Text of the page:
I'm slowly making progress on my list. I cooked scallops for the first time the other day and I didn't screw up and turn them into little hockey pucks! Hooray! I usually don't make these type of fancy-pants dishes with mile long names but this one was truly stellar. Now that I know how to sear scallops, I can make this dish for company because it looks and sounds super gourmet. ;) But just between you and me, it's as simple as plating some prewashed bagged greens, whisking together a dressing, and searing the scallops in literally 2 minutes. You don't even need the yuzu ginger glaze but it does add a nice "flavor profile". The dressing itself is my new favorite and it's a nice change from the vinaigrettes I usually make. After seeing how easy it is to cook scallops, now I don't have to pay $15 for a tiny plate of salad or deal with an inattentive waiter, I just get the beau to do the dishes.
Seared Sea Scallops with Yuzu Ginger Glaze on Greens with Miso Sesame Dressing
Serves 4 as an appetizer
1 1/2 pound sea scallops 10/20s (10 - 20 per pound)
Salt and pepper
Vegetable or canola oil
Yuzu ginger glaze
2 Tbsp yuzu marmalade
1/2 tsp grated ginger
Miso Sesame Dressing
1 Tbsp miso (yellow or white)
1 Tbsp mirin
1 Tbsp rice vinegar
1 Tbsp mayo
1 tsp sesame oil
7 oz. salad greens: mixed greens, baby arugula, baby spinach, or watercress will all work (may not need the whole bag)
2 Tbsp sesame seeds (white, black, or combination), toasted in skillet
Since the scallops cook in literally 2 minutes, the prep for the rest of the dish must be done before you begin cooking the scallops. The dressing and glaze can be made ahead of time.
Season the scallops with salt and pepper and keep them sandwiched between two layers of paper towels in order to draw away any moisture from the scallops because they will exude a lot of moisture.
Even though the arugula I bought was prewashed, I like to give it one more wash, then spin dry in the salad spinner. Set aside to dry.
Meanwhile prepare the rest of the components for the dish. In a small saucepan, add the yuzu marmalade and 2 tablespoons of moisture. Bring to boil, lower to a simmer and simmer until it is your desired consistency. Whisk in the minced ginger, remove from heat and set aside.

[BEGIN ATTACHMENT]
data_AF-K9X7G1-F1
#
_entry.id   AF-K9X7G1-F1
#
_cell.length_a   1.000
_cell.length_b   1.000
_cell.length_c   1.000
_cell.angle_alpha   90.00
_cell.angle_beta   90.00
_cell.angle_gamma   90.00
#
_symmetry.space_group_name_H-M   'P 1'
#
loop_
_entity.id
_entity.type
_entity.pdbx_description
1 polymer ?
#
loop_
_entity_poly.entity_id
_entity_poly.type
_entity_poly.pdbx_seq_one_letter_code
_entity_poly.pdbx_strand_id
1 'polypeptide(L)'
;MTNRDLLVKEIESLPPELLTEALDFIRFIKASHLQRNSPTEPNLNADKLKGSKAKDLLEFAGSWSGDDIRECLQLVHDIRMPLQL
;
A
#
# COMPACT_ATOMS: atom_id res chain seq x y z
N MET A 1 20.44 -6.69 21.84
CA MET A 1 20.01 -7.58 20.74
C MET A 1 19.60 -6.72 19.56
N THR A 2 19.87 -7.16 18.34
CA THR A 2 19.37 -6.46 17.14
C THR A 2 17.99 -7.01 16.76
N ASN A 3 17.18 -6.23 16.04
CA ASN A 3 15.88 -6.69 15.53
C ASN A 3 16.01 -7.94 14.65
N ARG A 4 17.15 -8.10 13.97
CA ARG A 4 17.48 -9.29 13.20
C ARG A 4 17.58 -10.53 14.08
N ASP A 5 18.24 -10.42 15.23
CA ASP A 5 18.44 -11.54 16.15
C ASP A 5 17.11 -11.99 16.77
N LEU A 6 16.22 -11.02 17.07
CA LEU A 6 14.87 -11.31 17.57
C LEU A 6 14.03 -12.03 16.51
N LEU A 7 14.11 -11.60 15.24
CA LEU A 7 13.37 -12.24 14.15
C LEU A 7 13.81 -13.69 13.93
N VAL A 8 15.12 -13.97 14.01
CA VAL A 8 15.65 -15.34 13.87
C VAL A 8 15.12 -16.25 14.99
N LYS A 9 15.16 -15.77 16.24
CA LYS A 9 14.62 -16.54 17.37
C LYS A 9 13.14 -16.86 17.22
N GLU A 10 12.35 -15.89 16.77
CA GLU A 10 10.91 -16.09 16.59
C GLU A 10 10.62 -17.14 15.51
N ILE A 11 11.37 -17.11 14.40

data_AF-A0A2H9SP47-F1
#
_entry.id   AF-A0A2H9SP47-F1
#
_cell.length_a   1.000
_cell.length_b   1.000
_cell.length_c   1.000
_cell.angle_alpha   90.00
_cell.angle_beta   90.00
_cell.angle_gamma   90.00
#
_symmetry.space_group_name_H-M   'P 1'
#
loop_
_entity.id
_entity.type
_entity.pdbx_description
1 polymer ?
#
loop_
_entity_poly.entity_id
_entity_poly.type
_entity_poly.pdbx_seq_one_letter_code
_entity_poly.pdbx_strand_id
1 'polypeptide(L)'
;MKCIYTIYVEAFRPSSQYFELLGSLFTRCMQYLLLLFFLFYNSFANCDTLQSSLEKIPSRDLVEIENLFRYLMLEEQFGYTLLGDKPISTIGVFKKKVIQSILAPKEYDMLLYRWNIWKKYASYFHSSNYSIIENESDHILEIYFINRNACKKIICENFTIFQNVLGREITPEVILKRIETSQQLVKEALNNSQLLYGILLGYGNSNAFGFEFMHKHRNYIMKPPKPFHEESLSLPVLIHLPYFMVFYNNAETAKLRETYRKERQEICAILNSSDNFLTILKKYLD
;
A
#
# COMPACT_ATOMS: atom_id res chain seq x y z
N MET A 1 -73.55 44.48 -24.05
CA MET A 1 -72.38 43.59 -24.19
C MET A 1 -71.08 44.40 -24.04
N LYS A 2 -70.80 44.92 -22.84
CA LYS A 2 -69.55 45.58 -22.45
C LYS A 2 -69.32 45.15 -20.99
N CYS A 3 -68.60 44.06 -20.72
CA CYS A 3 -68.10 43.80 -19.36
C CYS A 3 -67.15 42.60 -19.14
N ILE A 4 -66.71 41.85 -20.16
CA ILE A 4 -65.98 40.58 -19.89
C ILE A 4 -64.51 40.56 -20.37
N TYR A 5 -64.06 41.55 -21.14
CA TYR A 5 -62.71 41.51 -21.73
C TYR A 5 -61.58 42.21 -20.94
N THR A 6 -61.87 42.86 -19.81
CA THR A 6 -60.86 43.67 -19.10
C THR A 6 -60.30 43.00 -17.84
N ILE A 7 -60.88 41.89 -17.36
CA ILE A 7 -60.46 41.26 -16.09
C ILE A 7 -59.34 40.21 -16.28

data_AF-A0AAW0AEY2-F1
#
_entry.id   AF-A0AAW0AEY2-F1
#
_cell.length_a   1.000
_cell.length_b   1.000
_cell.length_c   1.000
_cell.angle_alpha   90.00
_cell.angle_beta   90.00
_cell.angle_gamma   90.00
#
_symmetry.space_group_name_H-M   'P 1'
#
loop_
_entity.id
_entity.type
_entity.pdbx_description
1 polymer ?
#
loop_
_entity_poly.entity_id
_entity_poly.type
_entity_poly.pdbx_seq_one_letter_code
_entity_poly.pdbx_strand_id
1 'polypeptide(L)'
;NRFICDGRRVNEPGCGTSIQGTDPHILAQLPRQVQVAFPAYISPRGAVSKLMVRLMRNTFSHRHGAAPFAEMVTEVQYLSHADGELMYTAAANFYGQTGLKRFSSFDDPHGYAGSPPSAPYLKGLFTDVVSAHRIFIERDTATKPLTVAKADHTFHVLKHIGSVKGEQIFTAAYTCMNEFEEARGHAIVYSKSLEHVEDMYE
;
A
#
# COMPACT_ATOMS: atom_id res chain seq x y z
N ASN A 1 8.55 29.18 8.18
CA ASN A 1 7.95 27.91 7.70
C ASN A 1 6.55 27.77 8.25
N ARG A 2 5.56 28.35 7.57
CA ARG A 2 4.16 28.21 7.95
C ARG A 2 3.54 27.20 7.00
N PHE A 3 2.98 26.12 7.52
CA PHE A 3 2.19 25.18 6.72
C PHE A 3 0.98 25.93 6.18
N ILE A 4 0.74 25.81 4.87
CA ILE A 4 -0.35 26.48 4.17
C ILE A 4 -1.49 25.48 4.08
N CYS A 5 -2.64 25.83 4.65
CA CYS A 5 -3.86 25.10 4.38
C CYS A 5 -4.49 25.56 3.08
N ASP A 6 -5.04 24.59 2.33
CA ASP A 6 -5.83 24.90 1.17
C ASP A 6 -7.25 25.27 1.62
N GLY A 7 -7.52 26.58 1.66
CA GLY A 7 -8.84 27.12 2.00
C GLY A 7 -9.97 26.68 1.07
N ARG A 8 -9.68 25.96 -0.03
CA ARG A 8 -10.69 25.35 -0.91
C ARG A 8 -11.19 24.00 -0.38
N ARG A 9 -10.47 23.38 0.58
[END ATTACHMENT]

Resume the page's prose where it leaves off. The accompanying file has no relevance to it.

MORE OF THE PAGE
In an empty skillet add the sesame seeds and toast over medium heat until they are golden brown, about 5 minutes. I use a 1:1 ratio of white to black sesame seeds. It's much easier to gauge the doneness of white seeds but a combination of the two give a better aesthetic appeal.
Plate the greens before cooking the scallops.
Heat a nonstick or cast iron skillet over high heat. You want the pan very hot in order to get a good sear on the scallops. The scallops are cooked in two batches so the liquid doesn't flood the pan and they steam and stew in their juice. Cooking for two is easier since you can divide the recipe in half and cook the scallops in one batch. Add 1 tablespoon of oil and pat the scallops dry right before you add them and add half of the scallops in the pan. The scallops should have plenty of room. Cook them on the first side for 1 - 2 minutes. They should have a golden brown crust. Remove the first batch to a plate, do not cook the second side yet. Wipe out the skillet by holding a wad of paper towels with tongs and add 1 tablespoon of oil to the pan again. Wait for the oil to heat up and add the rest of the scallops, cooking them 1 - 2 minutes a side. Now flip these scallops over to the second side to sear and add the first batch back into the pan. Cook the scallops for only 30 seconds to a minute on the second side. The second side doesn't have to be cooked as long or seared for color, you only want to cook them through.
Divide the scallops onto the four plates, with the seared side up for presentation. To glaze the scallops, you can either spoon the glaze on each scallop or just toss all of them in the glaze to coat. I chose to spoon the glaze on, it was a bit more fussy and more work, but it looks a little better. :) Then drizzle the plate with dressing and sprinkle some sesame seeds on top.